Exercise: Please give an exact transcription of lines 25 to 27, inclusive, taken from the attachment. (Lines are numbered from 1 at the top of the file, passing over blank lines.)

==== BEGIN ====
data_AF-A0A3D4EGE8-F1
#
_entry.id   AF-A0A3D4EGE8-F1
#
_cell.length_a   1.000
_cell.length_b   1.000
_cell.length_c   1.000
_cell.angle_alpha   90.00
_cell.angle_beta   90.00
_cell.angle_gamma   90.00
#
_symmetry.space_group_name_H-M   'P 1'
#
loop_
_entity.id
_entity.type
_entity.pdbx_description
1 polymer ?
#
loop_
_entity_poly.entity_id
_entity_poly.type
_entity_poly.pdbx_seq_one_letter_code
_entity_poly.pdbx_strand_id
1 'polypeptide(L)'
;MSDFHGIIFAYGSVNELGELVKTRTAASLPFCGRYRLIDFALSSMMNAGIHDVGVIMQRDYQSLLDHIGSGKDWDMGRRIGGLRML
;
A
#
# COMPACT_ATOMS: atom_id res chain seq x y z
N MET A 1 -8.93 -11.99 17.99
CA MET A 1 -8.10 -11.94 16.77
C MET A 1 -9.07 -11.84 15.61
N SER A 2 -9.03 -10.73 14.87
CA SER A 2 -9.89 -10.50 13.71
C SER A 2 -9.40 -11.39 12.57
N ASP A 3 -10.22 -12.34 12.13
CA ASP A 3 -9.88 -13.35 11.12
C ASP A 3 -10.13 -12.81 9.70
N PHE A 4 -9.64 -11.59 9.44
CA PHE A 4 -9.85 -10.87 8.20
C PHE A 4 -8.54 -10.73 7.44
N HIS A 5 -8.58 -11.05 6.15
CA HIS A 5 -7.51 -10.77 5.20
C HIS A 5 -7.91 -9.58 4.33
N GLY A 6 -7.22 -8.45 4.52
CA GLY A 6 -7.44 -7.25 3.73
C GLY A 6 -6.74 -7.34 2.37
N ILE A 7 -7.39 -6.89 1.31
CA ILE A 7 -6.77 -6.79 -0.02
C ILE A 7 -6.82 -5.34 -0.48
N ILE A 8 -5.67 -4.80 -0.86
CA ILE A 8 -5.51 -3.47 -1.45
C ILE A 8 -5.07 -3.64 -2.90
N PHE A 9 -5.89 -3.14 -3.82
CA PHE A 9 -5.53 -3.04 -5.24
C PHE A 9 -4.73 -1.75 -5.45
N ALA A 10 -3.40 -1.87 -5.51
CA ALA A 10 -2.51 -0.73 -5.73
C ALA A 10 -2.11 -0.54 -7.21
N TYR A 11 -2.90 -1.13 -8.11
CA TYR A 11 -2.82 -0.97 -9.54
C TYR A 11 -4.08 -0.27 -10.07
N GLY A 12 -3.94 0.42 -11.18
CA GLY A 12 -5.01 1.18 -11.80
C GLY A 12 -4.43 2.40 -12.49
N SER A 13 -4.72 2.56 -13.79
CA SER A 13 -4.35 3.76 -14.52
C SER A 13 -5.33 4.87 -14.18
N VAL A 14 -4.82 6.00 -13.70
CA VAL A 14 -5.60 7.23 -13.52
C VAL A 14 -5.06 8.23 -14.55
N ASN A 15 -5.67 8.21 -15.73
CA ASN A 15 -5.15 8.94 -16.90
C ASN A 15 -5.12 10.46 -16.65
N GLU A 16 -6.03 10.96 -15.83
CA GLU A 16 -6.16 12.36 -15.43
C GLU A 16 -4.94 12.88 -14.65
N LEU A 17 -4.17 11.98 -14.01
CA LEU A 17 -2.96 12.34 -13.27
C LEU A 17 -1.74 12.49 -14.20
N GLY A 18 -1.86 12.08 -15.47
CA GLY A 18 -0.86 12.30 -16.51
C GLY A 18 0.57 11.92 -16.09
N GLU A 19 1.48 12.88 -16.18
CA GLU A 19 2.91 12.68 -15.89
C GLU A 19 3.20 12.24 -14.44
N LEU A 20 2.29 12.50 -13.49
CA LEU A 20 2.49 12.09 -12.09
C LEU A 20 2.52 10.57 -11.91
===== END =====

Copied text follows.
1 'polypeptide(L)'
;MSDFHGIIFAYGSVNELGELVKTRTAASLPFCGRYRLIDFALSSMMNAGIHDVGVIMQRDYQSLLDHIGSGKDWDMGRRIGGLRML
;